support local artisans

Why You Should Support Local Artisans

It was not long ago, that when we “needed” something or if we’re being really honest, “wanted” something, there was no superstore where we could get all our “needs” in one shot. More specifically, there was no Walmart, or Target. When you needed a dress, you would visit a local seamstress or tailor. When you needed a pair of shoes, you would stop in to your local cobbler. There is a good chance, that most people only think of a crumbley, delicious dessert when they hear the world cobbler.

 

The point I am getting at, people had skills and specialties and ran family businesses. Neighbors supported neighbors, and bartered skills and traded goods. And these were finely crafted goods made with love and passion, and precision.

 

Now, we have mass produced , sub par in regards to quality, products available to the masses at decent prices because people and machines are churning them out at rapid rates. Yes, it provides a pay check and it allows for millions of people to have shoes and shirts and pants and toys and gadgets and gizmos.

 

Here’s the thing. No one needs 10 pairs of shoes, 30 shirts, 10 dolls, piles of trinkets and chotchkys. What you can possibly argue you need is a few pairs of shoes, a few shirts, a couple precious items that bring you joy.

 

As a society, we have a very skewed perception of what we need. I hear people say I “need” black shoes to go with that one shirt I have. I “need” a belt to match those shoes. I “need” a watch that matches that belt. Do you see the error here? This is a vicious cycle which draws us into supporting the mass producers, who are leaving all the passionate and talented local crafters in the dust.

 

Walmart, has become a vicious mega beast. They are everywhere and they have “everything”.

 

I am not criticizing those who frequent Wal Mart for the convenience and affordability of what they provide. I get it and I was drawn to it for many many years. I will say, it has been several years that I have visited Wal Mart, besides my recent car battery debacle, and it feels really refreshing. It didn’t happen by choice so much, it just kind of… happened.

 

Here is the challenge, and it has two parts. The next time you find yourself with a list of things you need to purchase, first

 

  1. CONSIDER WHAT YOU ACTUALLY NEED

Go through that list with a fine tooth comb and ask yourself “do I really need this?”Try and remove even one thing, whether it’s a candle or a beauty product or a pair of shoes. Conside what you already have it home and really consider if you can get by just fine whith what you already have, and save your money and put it somewhere that is going to benefit you and possibly someone else in a better way.

  1. WHERE ELSE COULD YOU BUY THESE PRODUCTS

If you really want a candle because you enjoy the aromatherapy factor, there are hundreds of small business candle makers. Go on Etsy and type in candle, you will find so many lovely crafters who have created a high quality product, that they are so excited to get out into the world. There is such a high, a feeling of accomplishment and awe, when you hand make a product that you are proud of. If you have never made something by hand, you should really try and experience this feelings.

 

When you buy a product from a small business owner, there is a strong liklihood that someone behind the scenes is thrilled and grateful, to you as the consumer, for this purchase. You have contributed to their livelihood and because of this purchase you have brought them 20 dollars closer to their dream of sending their kid to college, or vacationing is Europe, or opening their store front, or… the possibilitiles are endless.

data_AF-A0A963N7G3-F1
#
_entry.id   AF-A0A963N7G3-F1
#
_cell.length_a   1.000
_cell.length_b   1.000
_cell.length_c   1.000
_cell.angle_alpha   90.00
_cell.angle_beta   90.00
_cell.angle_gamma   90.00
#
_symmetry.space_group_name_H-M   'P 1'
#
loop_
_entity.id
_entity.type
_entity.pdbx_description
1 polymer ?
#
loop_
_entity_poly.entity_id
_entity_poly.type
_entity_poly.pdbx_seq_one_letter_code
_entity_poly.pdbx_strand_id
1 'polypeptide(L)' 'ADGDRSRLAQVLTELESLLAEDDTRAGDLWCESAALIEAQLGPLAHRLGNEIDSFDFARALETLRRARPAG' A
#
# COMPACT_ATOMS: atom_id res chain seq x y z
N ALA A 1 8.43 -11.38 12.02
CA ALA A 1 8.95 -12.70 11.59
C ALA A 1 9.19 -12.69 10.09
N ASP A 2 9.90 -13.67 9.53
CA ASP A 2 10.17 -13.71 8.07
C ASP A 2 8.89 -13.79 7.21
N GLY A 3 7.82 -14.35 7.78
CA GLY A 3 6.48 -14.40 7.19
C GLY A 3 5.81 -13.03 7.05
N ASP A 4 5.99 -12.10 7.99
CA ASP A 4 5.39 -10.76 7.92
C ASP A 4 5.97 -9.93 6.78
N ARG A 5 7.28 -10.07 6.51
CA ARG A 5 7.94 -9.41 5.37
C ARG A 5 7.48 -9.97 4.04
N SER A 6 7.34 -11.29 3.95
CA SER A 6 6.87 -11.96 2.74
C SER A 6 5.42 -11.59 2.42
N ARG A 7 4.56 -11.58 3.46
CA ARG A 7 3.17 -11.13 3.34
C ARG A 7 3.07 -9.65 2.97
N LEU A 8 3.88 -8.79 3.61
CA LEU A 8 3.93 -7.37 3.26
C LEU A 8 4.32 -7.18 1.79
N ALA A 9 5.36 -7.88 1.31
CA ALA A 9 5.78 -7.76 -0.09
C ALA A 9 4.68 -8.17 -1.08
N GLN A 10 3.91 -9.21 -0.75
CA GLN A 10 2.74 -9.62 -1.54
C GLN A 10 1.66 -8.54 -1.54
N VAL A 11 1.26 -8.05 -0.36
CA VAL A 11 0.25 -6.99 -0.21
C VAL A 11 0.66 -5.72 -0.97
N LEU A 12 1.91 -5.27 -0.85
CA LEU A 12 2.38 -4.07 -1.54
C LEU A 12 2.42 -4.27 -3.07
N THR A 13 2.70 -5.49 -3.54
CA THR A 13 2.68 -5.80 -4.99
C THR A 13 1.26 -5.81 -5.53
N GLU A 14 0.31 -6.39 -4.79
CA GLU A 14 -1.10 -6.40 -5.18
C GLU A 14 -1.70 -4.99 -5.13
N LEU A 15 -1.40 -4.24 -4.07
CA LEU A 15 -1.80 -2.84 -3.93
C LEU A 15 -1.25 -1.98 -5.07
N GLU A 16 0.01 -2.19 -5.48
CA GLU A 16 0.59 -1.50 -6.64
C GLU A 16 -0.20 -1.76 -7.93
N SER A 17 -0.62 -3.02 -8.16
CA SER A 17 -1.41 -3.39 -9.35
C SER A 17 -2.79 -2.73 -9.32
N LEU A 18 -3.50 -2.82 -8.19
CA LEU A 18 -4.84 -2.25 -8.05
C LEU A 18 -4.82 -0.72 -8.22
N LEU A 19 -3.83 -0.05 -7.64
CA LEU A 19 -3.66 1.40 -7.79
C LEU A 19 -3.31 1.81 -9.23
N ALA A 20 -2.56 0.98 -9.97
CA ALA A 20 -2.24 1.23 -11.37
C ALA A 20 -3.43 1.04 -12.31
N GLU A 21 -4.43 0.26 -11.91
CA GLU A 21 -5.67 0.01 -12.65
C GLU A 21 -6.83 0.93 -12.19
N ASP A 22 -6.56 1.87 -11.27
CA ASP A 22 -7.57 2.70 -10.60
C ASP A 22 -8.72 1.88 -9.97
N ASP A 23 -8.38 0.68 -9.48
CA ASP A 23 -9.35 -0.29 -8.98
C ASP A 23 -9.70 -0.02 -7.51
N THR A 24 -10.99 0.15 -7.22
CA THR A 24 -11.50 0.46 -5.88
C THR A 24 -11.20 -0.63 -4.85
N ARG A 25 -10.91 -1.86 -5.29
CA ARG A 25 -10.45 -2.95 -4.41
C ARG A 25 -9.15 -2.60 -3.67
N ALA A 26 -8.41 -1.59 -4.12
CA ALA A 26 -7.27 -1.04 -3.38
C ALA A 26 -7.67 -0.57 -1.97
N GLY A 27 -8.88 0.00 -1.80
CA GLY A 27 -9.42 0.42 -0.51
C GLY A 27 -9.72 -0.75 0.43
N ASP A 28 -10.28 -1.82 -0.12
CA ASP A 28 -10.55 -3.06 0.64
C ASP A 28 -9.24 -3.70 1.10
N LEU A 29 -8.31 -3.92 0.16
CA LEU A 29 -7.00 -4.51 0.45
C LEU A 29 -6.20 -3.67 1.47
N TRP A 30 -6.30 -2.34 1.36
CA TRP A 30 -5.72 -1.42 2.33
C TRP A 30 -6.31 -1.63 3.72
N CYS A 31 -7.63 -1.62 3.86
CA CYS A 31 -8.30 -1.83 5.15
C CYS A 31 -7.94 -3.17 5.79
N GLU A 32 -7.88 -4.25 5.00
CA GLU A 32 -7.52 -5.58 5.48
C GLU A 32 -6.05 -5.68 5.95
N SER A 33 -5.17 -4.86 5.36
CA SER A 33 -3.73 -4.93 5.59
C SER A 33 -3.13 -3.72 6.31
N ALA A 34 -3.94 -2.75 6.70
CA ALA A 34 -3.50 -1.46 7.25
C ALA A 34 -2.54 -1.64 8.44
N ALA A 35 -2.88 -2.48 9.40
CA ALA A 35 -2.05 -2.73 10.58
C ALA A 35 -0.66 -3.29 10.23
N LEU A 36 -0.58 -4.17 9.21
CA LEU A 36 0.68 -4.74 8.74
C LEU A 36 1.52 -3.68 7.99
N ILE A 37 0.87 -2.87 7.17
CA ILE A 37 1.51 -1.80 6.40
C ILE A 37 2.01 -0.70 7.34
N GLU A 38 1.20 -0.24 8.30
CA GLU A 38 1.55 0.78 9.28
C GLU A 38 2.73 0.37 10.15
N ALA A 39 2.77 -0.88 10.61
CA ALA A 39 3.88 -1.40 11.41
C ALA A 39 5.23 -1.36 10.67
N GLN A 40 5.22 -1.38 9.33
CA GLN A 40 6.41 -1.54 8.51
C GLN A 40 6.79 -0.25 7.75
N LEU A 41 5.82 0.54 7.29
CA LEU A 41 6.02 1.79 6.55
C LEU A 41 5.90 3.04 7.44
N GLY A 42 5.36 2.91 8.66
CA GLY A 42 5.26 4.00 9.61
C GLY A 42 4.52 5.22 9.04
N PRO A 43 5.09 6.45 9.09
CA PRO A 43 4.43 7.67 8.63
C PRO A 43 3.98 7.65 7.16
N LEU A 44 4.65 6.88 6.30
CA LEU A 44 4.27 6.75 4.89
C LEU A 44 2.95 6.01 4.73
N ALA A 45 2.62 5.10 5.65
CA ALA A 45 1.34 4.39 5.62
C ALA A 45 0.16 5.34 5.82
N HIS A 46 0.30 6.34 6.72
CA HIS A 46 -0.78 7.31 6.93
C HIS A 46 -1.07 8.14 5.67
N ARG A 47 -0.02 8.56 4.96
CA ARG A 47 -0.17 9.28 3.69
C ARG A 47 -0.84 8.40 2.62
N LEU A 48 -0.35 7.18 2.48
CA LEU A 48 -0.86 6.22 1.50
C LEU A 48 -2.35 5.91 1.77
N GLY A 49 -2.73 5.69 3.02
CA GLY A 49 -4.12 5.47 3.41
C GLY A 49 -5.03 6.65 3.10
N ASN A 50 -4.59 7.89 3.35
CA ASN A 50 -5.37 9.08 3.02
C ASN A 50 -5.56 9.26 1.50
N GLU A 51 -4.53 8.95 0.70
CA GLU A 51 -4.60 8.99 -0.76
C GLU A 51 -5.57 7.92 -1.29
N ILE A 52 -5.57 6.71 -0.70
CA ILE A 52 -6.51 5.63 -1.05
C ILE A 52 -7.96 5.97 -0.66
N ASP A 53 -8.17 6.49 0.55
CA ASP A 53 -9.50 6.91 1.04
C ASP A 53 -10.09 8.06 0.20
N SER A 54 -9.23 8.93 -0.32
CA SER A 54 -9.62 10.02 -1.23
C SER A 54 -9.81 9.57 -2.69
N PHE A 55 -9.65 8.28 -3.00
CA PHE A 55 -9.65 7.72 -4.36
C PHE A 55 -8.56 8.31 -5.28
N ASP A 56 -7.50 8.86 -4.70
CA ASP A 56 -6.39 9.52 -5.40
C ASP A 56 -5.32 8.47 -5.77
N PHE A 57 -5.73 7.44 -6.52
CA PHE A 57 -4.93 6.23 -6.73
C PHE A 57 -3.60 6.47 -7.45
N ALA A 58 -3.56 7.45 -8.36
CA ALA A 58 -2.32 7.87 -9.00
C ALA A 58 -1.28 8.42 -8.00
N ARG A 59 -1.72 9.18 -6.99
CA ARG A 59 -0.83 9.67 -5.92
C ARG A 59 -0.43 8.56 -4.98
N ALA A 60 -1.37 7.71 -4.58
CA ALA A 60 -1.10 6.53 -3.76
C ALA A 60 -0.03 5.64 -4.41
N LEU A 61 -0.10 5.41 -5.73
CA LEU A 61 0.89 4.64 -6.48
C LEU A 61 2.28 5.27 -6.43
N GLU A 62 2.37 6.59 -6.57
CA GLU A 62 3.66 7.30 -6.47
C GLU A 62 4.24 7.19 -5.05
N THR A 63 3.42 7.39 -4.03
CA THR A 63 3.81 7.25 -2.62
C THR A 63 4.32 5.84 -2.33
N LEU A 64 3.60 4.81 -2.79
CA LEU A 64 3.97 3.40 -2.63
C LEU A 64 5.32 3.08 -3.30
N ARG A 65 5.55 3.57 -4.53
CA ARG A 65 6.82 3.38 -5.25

When you purchase anything from Wal Mart, do you know who benefits? Do you know who grows richer and more powerful? Corporate giants and business tycoons. They had nothing to do with the product produced and couldn’t care less about the low quality products you purchased or where they came from. All they care about is acquiring more wealth so they can buy oh I don’t know, another car, another boat, a bigger mansion. You get it.

 

To wrap this up, and bring it all home, be left with these thoughts.

 

Do not be hard on yourself for not buying everything local.

It is not cheap and quite honestly, while I talk a lot about shoes in this post, I have no idea where you could find a modern day cobbler. I am sure they exist, I think I have seen some on Etsy, but I know it’s not as simple as buying local jam at a local farmers market. As far as the shoes go, more so consider, just how many pairs of shoes do you actually need.

 

Challenge yourself to consider what you are buying

Raise your consciousness and spend some serious time considering where your money is going and what you are purchasing. I am very much guilty, of walking into Michaels to purchase yarn and leaving with so much more. Even more so, Target. But challenge yourself. The next time you are out shopping, consider everything you pick up and put in your basket, and ask yourself if it is really a need and if it is where you want to put your hard earned money.

 

Get to know your local crafters and explore your city

Once you have figured out what you need and also, the little things that you know and accept that you do want, do some research and see if these are things you can get locally or even online from an independent crafter. I very much encourage owning some things that bring you joy, even if you do not need them. I have a wooden Buddha that my sister brought me from Thailand that brings me very much joy, and does add value to my life. No one needs a Buddha statue, but I love it.

When you consume, don’t be consumed. Own your things, do not let them own you.

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